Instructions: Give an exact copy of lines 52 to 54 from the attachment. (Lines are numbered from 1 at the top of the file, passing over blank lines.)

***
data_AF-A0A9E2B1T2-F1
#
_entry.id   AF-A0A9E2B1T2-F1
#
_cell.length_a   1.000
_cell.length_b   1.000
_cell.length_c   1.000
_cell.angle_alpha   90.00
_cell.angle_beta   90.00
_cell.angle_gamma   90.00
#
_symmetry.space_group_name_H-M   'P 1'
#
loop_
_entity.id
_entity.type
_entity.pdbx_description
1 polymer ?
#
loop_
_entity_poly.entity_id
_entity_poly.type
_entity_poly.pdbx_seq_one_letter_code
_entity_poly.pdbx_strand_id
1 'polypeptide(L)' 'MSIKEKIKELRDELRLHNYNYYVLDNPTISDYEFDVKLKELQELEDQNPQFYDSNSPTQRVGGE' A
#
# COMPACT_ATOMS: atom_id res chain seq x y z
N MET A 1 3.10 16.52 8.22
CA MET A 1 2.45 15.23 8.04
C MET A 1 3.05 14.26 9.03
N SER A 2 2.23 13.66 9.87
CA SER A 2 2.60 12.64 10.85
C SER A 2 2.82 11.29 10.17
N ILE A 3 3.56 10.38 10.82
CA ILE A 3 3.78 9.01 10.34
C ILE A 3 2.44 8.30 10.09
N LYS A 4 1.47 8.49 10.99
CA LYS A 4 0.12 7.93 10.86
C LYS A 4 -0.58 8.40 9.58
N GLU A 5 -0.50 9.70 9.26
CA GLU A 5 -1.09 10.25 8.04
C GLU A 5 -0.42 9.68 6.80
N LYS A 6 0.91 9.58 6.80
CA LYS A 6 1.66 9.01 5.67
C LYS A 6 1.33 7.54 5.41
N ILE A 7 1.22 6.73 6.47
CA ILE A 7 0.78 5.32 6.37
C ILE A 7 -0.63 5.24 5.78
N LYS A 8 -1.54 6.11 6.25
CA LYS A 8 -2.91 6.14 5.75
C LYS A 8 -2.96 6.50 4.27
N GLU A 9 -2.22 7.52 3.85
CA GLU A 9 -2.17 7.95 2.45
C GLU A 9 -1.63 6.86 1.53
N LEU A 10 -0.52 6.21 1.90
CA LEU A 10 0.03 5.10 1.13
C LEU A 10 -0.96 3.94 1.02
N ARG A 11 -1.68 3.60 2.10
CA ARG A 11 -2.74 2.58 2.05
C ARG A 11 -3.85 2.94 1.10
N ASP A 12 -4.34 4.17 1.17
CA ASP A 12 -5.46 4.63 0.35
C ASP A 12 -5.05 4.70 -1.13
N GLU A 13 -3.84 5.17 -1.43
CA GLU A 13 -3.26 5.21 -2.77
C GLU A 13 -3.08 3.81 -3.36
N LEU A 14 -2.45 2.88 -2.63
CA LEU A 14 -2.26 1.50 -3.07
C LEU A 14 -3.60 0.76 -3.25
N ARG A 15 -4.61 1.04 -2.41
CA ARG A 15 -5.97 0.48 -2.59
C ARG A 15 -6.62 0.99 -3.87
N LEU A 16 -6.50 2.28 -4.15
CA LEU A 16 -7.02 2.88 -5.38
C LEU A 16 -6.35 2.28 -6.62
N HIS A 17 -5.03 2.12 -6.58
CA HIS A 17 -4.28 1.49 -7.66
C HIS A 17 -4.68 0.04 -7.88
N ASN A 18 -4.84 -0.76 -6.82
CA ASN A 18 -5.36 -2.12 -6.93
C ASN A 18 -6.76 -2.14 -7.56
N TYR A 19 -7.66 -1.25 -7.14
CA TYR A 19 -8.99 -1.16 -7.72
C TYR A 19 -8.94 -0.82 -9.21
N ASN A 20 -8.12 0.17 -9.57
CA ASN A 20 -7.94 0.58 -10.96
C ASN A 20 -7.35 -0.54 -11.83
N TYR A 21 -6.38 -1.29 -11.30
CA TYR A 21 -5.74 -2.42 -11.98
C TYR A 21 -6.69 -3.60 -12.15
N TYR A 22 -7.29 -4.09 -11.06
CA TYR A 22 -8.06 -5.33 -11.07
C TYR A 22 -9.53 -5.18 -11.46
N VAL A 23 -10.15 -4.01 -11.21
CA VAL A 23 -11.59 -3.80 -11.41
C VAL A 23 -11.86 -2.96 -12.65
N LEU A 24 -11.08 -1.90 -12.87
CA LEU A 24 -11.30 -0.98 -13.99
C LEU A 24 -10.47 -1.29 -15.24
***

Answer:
N GLU A 9 -2.22 7.52 3.85
CA GLU A 9 -2.17 7.95 2.45
C GLU A 9 -1.63 6.86 1.53